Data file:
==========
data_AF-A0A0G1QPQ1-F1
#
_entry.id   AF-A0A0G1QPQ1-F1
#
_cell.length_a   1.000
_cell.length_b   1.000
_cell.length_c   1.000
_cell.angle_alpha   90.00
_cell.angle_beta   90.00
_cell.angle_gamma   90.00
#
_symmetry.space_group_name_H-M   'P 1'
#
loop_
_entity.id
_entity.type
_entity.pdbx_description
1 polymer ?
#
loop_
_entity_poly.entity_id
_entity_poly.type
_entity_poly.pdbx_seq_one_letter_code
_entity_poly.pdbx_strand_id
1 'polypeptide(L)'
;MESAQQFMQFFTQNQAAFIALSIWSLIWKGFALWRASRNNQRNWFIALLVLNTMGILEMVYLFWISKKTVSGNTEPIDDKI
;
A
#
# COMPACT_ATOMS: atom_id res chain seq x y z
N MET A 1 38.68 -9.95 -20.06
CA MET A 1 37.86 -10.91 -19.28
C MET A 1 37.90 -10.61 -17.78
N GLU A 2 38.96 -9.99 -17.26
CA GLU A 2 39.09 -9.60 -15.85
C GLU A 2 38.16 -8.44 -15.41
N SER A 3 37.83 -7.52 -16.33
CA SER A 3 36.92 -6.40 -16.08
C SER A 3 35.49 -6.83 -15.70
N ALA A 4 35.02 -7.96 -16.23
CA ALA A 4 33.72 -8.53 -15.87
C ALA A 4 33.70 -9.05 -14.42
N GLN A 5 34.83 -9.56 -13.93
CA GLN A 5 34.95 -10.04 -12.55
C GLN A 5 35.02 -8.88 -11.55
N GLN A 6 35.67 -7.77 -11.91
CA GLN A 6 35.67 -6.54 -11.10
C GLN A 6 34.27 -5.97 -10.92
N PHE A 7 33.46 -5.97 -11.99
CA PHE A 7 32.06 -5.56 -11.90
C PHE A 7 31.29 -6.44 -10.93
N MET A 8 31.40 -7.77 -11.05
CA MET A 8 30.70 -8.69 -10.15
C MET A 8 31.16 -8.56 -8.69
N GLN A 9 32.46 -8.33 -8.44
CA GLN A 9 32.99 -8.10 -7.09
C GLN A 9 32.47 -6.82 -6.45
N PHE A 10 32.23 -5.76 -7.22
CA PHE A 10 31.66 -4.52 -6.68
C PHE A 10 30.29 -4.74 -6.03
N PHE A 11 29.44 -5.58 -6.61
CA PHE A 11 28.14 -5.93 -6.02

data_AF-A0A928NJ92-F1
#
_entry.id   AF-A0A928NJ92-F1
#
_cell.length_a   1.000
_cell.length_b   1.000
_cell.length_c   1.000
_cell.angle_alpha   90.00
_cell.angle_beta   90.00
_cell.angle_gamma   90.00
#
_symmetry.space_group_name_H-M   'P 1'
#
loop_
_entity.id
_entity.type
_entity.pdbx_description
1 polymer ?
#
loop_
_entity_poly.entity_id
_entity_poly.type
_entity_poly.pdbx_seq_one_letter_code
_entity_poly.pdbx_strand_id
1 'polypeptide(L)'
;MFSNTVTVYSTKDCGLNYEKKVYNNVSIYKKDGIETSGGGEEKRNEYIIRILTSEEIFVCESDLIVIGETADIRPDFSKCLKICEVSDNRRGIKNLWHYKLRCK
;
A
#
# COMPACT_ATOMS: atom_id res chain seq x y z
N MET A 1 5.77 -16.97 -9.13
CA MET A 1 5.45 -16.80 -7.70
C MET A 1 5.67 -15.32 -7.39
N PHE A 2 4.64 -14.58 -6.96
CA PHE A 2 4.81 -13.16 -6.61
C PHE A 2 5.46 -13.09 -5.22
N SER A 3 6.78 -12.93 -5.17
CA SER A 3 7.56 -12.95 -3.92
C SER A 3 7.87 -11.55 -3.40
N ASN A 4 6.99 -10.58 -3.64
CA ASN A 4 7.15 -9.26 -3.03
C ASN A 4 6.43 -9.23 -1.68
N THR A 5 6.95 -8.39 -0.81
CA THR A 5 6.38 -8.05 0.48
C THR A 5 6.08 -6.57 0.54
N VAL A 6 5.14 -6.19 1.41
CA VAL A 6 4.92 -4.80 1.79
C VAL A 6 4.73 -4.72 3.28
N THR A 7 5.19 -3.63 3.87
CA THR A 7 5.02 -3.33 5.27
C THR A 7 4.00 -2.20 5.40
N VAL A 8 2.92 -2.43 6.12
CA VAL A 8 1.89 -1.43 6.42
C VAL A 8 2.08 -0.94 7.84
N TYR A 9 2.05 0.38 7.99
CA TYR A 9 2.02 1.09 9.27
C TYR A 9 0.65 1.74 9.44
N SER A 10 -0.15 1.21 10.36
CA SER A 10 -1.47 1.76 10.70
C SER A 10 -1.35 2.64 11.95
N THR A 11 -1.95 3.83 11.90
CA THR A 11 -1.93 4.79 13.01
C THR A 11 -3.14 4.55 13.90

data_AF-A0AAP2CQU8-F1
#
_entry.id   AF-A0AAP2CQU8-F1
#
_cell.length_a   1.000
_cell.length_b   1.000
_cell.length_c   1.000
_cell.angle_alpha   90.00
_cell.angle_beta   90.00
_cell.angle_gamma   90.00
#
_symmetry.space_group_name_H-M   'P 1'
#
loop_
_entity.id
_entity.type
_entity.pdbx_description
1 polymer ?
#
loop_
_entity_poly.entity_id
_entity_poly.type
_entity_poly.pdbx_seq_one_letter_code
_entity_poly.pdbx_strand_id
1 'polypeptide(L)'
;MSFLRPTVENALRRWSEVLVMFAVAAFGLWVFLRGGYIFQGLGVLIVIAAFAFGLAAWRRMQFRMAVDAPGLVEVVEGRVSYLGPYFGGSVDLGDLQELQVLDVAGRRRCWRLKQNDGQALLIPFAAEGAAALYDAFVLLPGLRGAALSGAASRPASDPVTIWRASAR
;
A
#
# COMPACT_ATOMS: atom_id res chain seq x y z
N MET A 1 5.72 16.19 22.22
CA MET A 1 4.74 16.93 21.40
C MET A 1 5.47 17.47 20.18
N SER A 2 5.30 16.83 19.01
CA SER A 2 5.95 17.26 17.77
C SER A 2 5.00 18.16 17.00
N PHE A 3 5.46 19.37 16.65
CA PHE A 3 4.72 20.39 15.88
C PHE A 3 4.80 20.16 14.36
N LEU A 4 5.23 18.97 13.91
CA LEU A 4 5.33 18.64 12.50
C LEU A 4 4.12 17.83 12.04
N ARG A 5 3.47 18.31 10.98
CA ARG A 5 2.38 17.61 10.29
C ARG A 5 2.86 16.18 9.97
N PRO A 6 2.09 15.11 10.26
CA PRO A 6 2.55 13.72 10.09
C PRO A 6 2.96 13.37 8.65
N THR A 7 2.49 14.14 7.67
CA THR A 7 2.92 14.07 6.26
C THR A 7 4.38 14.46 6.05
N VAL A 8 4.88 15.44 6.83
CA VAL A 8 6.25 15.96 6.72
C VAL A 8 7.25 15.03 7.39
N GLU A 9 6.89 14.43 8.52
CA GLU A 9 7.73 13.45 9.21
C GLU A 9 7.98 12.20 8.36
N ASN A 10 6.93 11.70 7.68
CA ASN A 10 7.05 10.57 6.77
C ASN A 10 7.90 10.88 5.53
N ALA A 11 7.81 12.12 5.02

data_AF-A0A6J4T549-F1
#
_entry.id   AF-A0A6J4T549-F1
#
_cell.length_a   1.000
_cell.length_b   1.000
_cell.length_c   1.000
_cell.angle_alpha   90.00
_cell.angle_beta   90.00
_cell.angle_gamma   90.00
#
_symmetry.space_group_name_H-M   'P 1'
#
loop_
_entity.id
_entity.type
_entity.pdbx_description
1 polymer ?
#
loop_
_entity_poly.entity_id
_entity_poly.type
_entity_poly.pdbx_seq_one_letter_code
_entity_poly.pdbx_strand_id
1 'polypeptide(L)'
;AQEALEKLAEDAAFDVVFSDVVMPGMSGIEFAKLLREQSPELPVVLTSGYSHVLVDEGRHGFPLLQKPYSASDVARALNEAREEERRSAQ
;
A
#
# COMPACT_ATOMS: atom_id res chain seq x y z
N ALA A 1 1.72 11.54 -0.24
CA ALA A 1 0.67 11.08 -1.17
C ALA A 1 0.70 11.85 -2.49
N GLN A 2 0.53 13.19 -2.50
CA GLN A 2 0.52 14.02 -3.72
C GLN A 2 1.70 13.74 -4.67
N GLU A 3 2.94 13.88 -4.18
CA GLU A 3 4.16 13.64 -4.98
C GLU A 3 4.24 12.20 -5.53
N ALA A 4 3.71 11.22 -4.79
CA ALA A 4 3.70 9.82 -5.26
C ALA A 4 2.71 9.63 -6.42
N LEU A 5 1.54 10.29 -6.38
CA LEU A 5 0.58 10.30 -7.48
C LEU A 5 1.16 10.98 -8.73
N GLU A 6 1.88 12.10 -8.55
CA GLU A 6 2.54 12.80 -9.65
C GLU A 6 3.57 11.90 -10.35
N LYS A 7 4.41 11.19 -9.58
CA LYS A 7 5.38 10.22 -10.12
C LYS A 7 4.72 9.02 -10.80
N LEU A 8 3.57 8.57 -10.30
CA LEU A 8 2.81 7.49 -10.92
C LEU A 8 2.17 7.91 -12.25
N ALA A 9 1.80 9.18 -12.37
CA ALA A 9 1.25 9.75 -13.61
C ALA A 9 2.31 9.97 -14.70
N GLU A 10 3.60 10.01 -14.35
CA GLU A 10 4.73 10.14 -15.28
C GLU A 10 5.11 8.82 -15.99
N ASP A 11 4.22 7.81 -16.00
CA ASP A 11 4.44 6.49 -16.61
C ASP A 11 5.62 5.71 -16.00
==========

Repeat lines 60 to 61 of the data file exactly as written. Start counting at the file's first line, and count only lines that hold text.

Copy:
C PHE A 10 30.29 -4.74 -6.03
N PHE A 11 29.44 -5.58 -6.61